Near the capitol rotunda is a doll display depicting each of Kentucky’s first ladies in her inaugural ball gown. It is incredible how fashion has changed through the centuries.

Floral Clock © Rex Vogel, all rights reserved

On the grounds of the state capitol stands the beautiful Floral Clock. Its face stretches 34 feet across and is covered by flowers exclusively grown in the state of Kentucky. Beneath the clock is a pool of water that is often used as a wishing well and the coins thrown into the well are used to fund scholarships. The Floral Clock is one of the most-visited attractions in Frankfort and is open to the public every day from dawn until dusk.

Old State Capitol Building © Rex Vogel, all rights reserved

Visitors also can tour the Old Capitol Building in Frankfort which served the state legislature from 1830 until 1910 when the larger capitol was built in south Frankfort. The old and new capitol buildings have striking differences. The old capitol was constructed in 1830 in the Greek revival style. Of architectural interest is the curved, self-supporting stone staircase. The first-floor library houses old books, implements, and furnishings from the 1800s.

Rebecca Ruth Chocolates © Rex Vogel, all rights reserved

Rebecca Ruth’s is home to the famous bourbon balls, a treat that mixes chocolate with Kentucky’s best-known liquor. The candy factory and museum is open for tours Monday-Saturday for a $5.00 admission fee. Children 5 and under get in free. After the tour, guests can purchase these sweet treats to take home with them at the company store.

Shaker Village of Pleasant Hill founded in Harrodsburg in 1805 by members of a celibate religious sect allows visitors to immerse themselves in Shaker culture.

About 45 minutes south of Frankfort in Harrodsburg, visitors can enjoy a glimpse into the lives of the Shaker people. In 1805, members of this celibate religious sect established Shaker Village of Pleasant Hill which grew to 500-plus members.

Today, there are 34 surviving buildings of the 260 that were constructed during 105 years. In the Shaker faith, men and women had equal status—but everyone still had gendered roles, even eating on different sides of the dining rooms. Self-guided and staff-led tours of the village are available.

Horse farm © Rex Vogel, all rights reserved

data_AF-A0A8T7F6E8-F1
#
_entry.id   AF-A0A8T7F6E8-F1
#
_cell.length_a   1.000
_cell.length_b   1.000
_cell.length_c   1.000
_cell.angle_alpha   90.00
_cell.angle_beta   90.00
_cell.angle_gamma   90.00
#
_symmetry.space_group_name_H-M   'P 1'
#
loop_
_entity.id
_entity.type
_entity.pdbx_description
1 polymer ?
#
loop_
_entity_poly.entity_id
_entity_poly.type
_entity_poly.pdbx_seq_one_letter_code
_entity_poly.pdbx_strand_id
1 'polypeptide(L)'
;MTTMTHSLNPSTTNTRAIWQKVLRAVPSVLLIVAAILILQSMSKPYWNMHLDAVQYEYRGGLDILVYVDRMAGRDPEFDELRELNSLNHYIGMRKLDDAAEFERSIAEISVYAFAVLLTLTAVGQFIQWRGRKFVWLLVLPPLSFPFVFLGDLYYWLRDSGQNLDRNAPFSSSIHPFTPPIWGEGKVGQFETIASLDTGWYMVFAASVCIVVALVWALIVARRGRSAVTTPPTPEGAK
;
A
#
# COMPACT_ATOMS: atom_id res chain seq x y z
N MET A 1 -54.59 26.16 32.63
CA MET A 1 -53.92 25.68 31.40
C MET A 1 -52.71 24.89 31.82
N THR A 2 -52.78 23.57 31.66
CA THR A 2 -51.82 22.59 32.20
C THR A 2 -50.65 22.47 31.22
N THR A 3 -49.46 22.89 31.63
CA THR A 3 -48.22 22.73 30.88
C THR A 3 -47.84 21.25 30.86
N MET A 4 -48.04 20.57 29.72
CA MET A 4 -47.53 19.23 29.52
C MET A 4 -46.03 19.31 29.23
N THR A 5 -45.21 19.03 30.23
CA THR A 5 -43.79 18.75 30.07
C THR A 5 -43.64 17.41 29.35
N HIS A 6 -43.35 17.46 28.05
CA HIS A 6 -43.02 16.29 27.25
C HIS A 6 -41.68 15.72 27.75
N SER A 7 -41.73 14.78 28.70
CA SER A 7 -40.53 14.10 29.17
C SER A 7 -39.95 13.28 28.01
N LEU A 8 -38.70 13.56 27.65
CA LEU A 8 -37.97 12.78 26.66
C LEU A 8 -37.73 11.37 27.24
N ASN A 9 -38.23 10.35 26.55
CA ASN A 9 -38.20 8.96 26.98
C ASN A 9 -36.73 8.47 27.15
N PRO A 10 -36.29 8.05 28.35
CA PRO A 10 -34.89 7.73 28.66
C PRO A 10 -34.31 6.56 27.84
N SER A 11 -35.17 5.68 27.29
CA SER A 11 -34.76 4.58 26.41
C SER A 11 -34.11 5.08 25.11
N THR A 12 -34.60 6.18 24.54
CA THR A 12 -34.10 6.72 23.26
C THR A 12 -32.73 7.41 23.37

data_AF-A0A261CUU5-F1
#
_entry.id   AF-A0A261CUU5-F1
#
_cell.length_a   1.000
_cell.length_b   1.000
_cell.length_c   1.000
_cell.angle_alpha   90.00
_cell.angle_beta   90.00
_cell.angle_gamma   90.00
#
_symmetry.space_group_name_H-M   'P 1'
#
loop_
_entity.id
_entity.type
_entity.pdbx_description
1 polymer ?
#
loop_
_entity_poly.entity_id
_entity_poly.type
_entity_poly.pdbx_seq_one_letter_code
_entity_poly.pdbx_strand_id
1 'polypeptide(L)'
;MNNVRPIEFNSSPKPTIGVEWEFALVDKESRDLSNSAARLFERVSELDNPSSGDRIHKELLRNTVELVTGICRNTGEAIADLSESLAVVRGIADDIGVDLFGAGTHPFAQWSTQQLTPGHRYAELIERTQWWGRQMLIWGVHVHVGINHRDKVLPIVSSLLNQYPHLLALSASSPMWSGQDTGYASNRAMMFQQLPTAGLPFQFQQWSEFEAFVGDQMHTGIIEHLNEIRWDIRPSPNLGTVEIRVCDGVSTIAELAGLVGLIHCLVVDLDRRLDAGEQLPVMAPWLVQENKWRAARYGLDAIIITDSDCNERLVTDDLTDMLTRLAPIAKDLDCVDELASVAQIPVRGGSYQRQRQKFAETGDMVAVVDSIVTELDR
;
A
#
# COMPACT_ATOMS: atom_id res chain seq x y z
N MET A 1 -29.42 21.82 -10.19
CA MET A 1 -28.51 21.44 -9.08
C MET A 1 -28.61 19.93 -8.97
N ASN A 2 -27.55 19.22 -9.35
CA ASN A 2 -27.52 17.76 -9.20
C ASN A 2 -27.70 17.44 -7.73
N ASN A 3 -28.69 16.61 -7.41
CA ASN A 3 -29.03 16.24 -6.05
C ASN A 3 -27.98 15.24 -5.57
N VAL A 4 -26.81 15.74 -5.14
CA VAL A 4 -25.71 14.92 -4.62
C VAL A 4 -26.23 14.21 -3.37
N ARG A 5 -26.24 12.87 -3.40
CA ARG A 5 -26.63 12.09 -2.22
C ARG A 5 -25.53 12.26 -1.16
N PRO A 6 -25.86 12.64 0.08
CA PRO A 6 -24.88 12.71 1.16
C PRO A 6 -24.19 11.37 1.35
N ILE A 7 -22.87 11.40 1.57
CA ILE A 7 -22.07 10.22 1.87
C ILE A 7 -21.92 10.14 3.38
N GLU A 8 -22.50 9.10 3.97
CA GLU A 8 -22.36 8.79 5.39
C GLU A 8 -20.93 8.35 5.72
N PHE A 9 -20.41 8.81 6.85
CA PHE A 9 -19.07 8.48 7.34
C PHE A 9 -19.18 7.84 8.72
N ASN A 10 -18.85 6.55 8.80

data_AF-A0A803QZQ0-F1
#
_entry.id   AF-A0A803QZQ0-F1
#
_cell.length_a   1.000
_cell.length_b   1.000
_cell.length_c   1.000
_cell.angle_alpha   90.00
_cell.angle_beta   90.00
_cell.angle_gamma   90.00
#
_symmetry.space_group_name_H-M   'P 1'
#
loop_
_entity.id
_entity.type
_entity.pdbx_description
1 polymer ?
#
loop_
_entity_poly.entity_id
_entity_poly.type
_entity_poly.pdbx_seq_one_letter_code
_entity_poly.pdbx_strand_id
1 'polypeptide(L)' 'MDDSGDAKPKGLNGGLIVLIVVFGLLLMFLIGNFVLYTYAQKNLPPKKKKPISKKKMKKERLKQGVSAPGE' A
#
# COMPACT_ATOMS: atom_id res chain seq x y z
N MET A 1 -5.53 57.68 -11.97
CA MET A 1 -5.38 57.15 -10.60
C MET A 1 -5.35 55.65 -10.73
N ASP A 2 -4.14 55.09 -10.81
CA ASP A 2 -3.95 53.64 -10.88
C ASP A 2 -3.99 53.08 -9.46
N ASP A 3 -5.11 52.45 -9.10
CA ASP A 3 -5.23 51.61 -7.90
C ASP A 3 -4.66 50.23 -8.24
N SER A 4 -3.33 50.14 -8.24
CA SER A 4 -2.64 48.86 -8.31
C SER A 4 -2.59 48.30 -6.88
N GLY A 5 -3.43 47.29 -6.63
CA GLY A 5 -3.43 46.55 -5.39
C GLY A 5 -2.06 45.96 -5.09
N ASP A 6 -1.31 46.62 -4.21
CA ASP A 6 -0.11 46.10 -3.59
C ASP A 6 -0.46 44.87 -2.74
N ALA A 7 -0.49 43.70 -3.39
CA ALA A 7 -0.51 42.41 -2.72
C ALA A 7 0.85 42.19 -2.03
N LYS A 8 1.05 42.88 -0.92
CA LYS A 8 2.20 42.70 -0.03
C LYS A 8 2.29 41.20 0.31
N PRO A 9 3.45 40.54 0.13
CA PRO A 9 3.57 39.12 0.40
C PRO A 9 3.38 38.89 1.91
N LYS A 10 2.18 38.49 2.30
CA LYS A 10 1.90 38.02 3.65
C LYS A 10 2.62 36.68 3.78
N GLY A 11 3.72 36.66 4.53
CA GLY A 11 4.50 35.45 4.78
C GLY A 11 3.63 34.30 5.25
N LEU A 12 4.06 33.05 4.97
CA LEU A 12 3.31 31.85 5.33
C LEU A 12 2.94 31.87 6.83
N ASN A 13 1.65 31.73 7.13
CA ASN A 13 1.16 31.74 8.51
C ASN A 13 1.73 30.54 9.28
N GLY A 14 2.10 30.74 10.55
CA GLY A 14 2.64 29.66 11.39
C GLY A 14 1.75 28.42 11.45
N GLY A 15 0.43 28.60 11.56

State and national parks

Feeling energetic? Hike up the trail at Natural Bridge State Resort Park in Slade. To get to the top of the bridge, you squeeze through a narrow fracture and climb some steps. For an easy ascent, you can take the skylift. Once at the top, you will be within walking distance of the 30-foot-wide sandstone structure known as Natural Bridge. If you want to extend your adventure, follow the 1,200-foot flat trail to Lookout Point for an incredible view of the bridge and the valley. Choose from among a dozen hiking trails that range from one-half mile to 7.5 miles.

Plenty of other fun activities beckon in and near the park. Lively music fills the air at outdoor hoedowns that take place at Hoedown Island within the park as dancers perform line dancing, Appalachian square dancing, two-stepping, and other lively dances. Throw in a fishing line or go canoeing on nearby Mill Creek Lake—maybe you will catch a largemouth bass.

Two campgrounds in the state park offer a total of 52 sites with electric hookups plus several primitive sites for tents. While here, drive to the adjacent Red River Gorge geological area for an immersion into nature. The Red River is Kentucky’s only National Wild and Scenic River. The erosive forces of wind and water have sculpted 100 arches in this area. Some of these natural phenomena will show themselves to you on the 70 miles of hiking trails.

One of the most popular attractions in Kentucky is Mammoth Cave National Park. Kentucky lays claim to the longest known cave system in the world—Mammoth Cave National Park. Before tourists started coming to the cave, mining saltpeter to make black gunpowder was conducted in the 18th century. Park rangers give cave tours that range from 30 minutes to six hours long. Some are strenuous, requiring many steps and steep grades.

Horse farm © Rex Vogel, all rights reserved

Visitors can negotiate tight tunnels and view huge domed spaces, slot canyons, and historic structures in the park. Enjoy the waters of the Green and Nolin rivers by going fishing, canoeing, or kayaking. Or ride a bike along the 9-mile Railroad Bike and Hike Trail to visit scenic overlooks and historic sites. Other hiking trails ranging from 0.1 to 1.3 miles lead to a variety of sights.

Backcountry trails beckon adventurers to miles of forested hikes and horse trails. Everyone can find an outdoor trek that suits them. Two campgrounds here offer sites that accommodate RVs up to 40 feet with limited electric and no water hookups.

Cumberland Gap offers stunning scenery. Nestled on the border of Kentucky, Tennessee, and Virginia is Cumberland Gap National Historical Park which offers an attractive campground. Pioneers heading west traveled through this natural pass in the mountains.